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NCJRS Abstract

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NCJ Number: 219337 Find in a Library
Title: Effects of a Single-Lesson Tobacco Prevention Curriculum on Knowledge, Skill Identification and Smoking Intention
Journal: Journal of Drug Education  Volume:37  Issue:1  Dated:2007  Pages:55-69
Author(s): Stephen Brown Ph.D.; David Birch Ph.D.; Sujan Thyagaraj; James Teufel; Cheryl Phillips
Date Published: 2007
Page Count: 15
Publisher: http://www.baywood.com/ 
Type: Program/Project Evaluation
Format: Article
Language: English
Country: United States of America
Annotation: This study evaluated the effect of a single-lesson tobacco-prevention curriculum on students' knowledge of tobacco, ability to identify refusal techniques, and intent not to smoke.
Abstract: The study found that the single lesson improved general knowledge about tobacco and students' ability to identify appropriate refusal techniques; however, improvement in the intent not to smoke was not significant. This finding is explained by both treatment and control groups' high scores on intent to smoke just prior to the presentation of the lesson. According to the theory of Planned Behavior, three factors interact to influence behavioral intent: increasing knowledge, teaching about and practicing behavioral control skills, and changing normative beliefs that influence behavior. Normative beliefs about peer approval of smoking, peer smoking behavior, peer relationships, and assumptions about smoking prevalence in general were consistently related to the likelihood of smoking during adolescence. The lesson made no attempt to measure or change normative beliefs that underlie smoking. This evaluation obtained data from 789 fourth and fifth graders from the Plymouth-Canton, Michigan area. Students were instructed that it is illegal to buy cigarettes and that secondhand smoke is a health threat. They learned the name of the chemical that causes smoking addiction, to identify the three major components of tobacco smoke, to identify the diseases caused by long-term smoking, and to identify recommended actions to refuse smoking. They had the opportunity at the end of the lesson to express the intent not to smoke. In order to test the effectiveness of the program, participants were assessed just before the program and immediately after the program, and 6 weeks later. The 704 participants in the lesson were compared with a preselected comparison group (n=85) that was also given a pretest and a 6-week posttest. 3 tables, 3 figures, and 30 references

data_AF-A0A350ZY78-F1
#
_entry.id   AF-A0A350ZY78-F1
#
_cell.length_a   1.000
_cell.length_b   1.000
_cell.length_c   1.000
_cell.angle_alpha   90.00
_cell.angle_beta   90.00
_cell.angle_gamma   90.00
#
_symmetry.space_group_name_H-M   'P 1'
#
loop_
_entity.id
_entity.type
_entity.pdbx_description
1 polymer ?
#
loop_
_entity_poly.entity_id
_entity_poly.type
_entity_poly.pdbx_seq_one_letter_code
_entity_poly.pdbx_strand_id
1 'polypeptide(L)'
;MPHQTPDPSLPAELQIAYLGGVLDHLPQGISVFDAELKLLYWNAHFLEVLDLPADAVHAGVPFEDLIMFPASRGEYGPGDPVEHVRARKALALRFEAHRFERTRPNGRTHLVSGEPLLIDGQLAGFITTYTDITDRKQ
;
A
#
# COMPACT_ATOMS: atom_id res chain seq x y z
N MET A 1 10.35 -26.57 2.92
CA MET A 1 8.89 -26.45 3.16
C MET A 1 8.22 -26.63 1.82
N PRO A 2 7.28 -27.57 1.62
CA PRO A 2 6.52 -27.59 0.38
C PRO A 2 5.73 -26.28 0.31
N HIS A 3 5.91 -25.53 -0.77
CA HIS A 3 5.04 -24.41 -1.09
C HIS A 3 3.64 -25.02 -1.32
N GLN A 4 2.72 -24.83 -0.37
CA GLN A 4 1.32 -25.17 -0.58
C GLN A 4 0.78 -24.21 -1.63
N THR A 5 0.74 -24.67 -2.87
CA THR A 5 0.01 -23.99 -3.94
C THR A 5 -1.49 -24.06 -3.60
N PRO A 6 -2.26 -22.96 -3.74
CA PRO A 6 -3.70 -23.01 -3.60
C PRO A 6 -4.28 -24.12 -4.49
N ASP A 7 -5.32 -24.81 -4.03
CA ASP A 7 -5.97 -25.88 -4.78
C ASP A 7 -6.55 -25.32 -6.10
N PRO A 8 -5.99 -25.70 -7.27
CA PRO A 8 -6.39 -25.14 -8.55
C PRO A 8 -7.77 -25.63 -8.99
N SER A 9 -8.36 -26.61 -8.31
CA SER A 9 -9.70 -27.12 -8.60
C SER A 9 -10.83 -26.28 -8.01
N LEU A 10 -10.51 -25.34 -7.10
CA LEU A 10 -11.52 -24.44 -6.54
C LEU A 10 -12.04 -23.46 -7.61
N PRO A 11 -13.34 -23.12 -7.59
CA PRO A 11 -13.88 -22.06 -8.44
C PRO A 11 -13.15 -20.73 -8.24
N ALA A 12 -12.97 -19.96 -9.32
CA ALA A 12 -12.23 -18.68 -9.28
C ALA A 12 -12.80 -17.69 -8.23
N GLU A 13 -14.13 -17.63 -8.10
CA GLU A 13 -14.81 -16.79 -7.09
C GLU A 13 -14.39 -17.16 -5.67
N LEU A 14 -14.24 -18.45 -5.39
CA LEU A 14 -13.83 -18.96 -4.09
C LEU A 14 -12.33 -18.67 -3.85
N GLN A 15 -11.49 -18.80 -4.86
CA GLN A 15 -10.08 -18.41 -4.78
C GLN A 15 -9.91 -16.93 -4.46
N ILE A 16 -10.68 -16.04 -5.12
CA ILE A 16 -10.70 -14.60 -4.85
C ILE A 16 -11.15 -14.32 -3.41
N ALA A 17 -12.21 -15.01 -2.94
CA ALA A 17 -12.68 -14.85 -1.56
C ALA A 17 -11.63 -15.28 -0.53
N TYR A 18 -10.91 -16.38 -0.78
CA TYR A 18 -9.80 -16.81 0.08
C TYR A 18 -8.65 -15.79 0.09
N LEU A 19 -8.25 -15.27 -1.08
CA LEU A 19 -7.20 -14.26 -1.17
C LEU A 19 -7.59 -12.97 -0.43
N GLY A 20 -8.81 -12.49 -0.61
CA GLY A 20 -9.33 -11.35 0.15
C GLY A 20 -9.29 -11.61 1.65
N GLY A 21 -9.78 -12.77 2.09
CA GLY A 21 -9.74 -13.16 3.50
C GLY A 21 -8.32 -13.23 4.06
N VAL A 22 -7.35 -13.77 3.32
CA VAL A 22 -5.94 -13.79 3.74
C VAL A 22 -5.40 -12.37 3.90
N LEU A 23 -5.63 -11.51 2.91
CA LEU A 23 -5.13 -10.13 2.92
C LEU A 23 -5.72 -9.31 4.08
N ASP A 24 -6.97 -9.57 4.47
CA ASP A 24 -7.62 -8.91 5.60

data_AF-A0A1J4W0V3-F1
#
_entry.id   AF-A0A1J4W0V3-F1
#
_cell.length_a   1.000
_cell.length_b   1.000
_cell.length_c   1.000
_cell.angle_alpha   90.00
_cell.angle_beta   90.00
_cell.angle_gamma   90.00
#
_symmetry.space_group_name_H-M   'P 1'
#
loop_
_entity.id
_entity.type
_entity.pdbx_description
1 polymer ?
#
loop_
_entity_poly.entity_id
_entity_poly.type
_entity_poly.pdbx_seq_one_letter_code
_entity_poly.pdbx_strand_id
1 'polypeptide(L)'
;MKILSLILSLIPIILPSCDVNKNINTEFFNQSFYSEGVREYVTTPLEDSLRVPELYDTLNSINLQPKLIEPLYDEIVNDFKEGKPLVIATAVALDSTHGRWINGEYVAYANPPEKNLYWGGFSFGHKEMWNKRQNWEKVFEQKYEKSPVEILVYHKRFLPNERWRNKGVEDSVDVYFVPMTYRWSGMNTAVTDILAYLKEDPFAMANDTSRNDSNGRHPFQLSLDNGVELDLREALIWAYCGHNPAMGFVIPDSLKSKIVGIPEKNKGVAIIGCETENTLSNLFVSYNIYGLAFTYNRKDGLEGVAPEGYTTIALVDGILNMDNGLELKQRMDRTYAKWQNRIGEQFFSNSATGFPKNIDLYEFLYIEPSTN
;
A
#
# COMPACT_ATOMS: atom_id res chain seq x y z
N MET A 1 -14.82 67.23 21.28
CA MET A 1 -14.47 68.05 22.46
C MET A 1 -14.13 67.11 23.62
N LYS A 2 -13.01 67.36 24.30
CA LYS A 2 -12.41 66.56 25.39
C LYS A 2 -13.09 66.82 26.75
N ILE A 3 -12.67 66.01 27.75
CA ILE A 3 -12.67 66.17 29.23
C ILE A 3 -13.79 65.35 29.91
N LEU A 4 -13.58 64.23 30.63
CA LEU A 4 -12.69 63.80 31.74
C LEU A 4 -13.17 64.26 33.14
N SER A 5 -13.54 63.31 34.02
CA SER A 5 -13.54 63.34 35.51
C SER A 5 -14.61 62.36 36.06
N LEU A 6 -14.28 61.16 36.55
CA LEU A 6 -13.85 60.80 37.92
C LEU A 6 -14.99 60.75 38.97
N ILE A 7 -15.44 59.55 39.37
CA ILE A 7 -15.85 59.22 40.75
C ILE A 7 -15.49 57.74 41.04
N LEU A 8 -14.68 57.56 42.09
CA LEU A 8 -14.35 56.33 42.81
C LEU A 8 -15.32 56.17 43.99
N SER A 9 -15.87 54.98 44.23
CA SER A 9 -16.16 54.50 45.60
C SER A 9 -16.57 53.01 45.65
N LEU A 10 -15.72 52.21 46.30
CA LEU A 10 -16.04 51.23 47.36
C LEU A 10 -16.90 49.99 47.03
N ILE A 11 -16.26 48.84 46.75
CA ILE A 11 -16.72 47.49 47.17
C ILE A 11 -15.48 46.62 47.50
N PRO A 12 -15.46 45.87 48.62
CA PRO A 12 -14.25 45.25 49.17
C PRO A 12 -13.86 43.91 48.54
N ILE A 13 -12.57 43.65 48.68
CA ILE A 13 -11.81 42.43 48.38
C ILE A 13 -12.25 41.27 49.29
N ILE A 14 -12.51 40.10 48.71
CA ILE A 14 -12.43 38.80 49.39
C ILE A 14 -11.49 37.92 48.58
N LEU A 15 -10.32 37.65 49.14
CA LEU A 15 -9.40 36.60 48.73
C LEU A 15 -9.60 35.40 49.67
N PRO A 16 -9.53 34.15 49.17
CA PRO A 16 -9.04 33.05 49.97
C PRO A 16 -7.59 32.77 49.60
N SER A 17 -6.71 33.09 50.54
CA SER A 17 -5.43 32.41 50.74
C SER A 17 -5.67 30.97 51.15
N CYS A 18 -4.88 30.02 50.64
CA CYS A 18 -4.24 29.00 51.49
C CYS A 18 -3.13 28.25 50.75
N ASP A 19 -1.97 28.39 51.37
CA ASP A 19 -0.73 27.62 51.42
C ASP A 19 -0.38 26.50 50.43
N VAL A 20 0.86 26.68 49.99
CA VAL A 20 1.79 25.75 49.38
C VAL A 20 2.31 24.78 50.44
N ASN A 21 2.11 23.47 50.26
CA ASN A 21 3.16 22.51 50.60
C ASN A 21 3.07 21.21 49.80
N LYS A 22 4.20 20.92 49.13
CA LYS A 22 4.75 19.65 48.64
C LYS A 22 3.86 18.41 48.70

Main Term(s): Drug prevention programs
Index Term(s): Adolescent attitudes; Antisocial attitudes; Attitude change; Juvenile drug use; Tobacco use
To cite this abstract, use the following link:
http://www.ncjrs.gov/App/publications/abstract.aspx?ID=241129

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